The bottom line: if it wasn't for eating in restaurants or occasional coupons, I wouldn't buy a newspaper at all.  Newspapers are broken, and I don't see them "fixing" themselves anytime soon.  

lexus larry

August 24th, 2011 at 10:14 AM ^

And when you mention writing style, looking at the Detroit area sports sections, aside from Tigers game reports, the sections are almost devoid of "news" and filled with columnist-generated feeble attempts to create controversy.  An odd choice of "journalistic" paths, to say the least.  Even the Sunday sports sections are thin on actual reporting and actual news...witness the "blogging" or the "best of comments" used as fodder/filler, large 1/8th page photos, etc.  Very little content for the passionate fan, if any at all.  For the casual reader, more, but nothing of depth or quality.

The Oakland Press Sunday edition seems to fill the bill for our home, plenty of inserts, coupons and they have a few cyclist/hiking/fishing columnists who write to energize, to inspire people to get out and enjoy the world at large.  (Not to mention Gary Graff, whom I find to be a nice read on the music/entertainment scene...another cast-off from the Fr**p...and good for him!)


August 24th, 2011 at 10:16 AM ^

If anything, they are much less objective, because they tend to fall back on outdated information about the programs and even conferences that they don't follow closely enough. There's so much information out there that it's very difficult to take it all in. It's impossible for most analysts at major newpapers and media outlets to be on top of things. In my experience only people like Matt Hinton can really provide national coverage and fairly objective analysis.

Blue in Yarmouth

August 24th, 2011 at 10:34 AM ^

When I was in grade nine (and growing up in general) I wasn't the best behaved kid. I had a teacher ofr a Nova Scotia History class who also happened to be my basketball coach (who I didn't like at all).

Through the course of the year we all became aware of his "know-it-all" attitude and it really began to rub me the wrong way. It bother a few of us so much we decided to play a bit of a prank on him, not knowing if it would work or not.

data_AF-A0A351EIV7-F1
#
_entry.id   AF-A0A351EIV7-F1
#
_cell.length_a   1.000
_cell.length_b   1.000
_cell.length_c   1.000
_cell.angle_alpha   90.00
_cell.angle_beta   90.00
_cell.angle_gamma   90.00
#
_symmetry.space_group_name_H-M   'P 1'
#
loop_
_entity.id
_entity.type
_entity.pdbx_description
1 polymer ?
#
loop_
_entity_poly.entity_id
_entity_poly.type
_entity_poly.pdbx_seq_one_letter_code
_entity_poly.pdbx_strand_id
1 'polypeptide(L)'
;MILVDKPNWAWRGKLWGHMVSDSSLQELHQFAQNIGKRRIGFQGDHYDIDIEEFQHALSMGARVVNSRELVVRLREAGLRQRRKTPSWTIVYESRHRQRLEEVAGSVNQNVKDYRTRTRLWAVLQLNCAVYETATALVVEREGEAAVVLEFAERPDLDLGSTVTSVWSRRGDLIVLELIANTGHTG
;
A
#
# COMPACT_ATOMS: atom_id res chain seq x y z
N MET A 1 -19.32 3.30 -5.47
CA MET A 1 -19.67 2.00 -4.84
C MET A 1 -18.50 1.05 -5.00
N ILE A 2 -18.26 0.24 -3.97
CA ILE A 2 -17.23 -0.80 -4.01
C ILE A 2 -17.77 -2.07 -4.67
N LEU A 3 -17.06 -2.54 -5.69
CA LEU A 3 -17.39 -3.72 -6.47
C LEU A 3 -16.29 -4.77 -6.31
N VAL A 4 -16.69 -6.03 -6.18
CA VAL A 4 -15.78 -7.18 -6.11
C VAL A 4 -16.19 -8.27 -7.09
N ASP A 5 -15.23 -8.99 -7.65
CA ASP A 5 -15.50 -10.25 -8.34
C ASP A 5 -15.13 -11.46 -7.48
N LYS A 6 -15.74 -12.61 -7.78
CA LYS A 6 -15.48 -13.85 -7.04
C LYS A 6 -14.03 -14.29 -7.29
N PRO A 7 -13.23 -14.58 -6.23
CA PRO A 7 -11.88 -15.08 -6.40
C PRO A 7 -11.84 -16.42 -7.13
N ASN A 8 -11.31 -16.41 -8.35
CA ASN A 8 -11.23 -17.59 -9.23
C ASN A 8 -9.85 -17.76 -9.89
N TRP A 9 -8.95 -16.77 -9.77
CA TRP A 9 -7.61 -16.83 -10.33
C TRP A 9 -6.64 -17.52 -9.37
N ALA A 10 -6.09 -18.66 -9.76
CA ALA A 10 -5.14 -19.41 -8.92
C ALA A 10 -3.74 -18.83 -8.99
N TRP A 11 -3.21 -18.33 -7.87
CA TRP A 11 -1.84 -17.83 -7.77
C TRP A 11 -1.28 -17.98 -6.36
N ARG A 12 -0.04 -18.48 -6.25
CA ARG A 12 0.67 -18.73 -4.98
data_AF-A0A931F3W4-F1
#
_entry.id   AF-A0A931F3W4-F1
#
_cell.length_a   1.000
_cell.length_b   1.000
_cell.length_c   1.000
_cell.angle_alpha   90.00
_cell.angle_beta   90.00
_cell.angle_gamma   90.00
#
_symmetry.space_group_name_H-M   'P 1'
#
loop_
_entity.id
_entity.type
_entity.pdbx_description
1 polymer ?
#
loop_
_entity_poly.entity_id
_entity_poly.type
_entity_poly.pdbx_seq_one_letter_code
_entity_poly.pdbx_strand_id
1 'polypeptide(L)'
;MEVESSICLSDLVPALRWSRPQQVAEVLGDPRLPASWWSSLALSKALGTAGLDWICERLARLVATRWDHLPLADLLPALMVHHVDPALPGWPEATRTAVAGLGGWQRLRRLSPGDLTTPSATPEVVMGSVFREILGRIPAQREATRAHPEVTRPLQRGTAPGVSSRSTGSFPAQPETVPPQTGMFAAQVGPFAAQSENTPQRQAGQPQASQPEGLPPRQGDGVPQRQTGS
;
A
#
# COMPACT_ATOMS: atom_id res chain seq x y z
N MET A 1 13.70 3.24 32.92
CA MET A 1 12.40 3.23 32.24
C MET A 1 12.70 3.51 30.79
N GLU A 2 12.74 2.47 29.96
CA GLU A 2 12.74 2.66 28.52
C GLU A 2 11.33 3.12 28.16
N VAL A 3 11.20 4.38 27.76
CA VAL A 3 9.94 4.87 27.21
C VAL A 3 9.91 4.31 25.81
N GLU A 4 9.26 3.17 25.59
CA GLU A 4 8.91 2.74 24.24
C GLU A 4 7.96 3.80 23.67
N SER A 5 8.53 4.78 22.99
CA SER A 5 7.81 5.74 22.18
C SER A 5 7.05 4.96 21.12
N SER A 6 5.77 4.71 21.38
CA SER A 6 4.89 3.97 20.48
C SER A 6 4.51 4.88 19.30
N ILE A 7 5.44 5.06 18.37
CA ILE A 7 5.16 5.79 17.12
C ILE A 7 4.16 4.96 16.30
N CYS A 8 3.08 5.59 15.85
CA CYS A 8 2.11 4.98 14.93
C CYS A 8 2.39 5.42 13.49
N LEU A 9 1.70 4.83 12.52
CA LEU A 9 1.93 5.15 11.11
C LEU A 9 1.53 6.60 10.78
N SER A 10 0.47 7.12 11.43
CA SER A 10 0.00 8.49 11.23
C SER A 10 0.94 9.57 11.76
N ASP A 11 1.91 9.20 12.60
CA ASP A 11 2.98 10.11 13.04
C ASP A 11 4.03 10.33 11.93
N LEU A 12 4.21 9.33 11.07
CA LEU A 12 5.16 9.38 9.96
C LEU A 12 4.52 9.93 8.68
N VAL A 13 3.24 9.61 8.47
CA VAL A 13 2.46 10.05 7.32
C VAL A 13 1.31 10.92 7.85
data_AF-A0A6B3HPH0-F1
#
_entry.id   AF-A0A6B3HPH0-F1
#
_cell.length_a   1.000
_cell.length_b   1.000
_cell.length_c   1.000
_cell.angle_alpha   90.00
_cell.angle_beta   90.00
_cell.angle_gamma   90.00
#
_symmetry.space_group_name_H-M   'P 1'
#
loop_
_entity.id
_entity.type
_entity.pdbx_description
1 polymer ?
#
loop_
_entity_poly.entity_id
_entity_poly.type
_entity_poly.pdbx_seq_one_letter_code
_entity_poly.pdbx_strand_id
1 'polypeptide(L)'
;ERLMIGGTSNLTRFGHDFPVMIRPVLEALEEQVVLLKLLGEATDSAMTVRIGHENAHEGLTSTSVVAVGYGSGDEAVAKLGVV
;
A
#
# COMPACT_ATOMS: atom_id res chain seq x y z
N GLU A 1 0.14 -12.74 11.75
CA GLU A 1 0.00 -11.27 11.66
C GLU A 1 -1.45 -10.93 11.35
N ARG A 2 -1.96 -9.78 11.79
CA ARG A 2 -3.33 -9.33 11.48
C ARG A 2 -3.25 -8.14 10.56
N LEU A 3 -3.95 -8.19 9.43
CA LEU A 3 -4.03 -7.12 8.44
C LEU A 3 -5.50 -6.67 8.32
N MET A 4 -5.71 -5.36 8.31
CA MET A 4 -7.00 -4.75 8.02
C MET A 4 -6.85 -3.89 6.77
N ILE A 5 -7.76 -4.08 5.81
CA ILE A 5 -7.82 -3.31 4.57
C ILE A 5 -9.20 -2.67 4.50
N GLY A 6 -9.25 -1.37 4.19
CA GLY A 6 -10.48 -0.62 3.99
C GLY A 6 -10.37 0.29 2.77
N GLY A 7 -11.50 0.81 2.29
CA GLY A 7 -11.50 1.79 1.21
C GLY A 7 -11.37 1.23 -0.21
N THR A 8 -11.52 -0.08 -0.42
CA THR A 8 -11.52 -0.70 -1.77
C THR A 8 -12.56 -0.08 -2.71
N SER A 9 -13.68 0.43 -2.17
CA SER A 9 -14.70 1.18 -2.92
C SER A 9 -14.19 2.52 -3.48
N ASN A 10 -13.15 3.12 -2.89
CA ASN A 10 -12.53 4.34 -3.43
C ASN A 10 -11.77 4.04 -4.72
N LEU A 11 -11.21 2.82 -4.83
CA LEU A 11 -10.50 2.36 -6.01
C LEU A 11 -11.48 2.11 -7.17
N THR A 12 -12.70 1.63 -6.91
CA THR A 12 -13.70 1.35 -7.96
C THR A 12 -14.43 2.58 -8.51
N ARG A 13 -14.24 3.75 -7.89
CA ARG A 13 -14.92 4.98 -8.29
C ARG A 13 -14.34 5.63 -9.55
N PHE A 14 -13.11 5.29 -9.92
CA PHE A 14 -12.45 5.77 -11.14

I thought the best way to do it was to use his know-it-allness against him. We were studying "famous nova scotians"  so I decided we would pick a random guy who lived in our town and say that he made it big as a country singer and wondered why the textbook hadn't mentioned him (also, to make it even funnier the random guy we picked was actually the village idiot, no joke).

So after he got done talking about all the famous Nova Scotians he knew of I ask, "What about Tom Emon (this isn't the name I actually used)?" The teacher asked, "Who is Tom Emon, I never heard of him."

I went on to explain that Tom Emon was a man formerly of our town who was now a famous country singer living in Nashville who has won numerous country music awards (and continued to sweeten the story).

I shared the story with other guys from the basketball team and told them to watch for the teacher bringing him up in the class. By the end of the day not only was our teacher bringing him up on his list, but he grew up with him and they were friends who continued to be in contact to that very day. It was hilarious. 

What made it even better is no one ever told him it was a made up story, so when my brother and his friends (two years younger than we were) went through his class a couple of years later, they told us he was still sharing the Tom Emon stories and when they listed him as an answer to the question "List ten famous people from Nova Scotia" on the exam, they got it right. 

That teacher was my FREEP in those days (as in one of the few things I had no use for and couldn't tolerate even a little bit).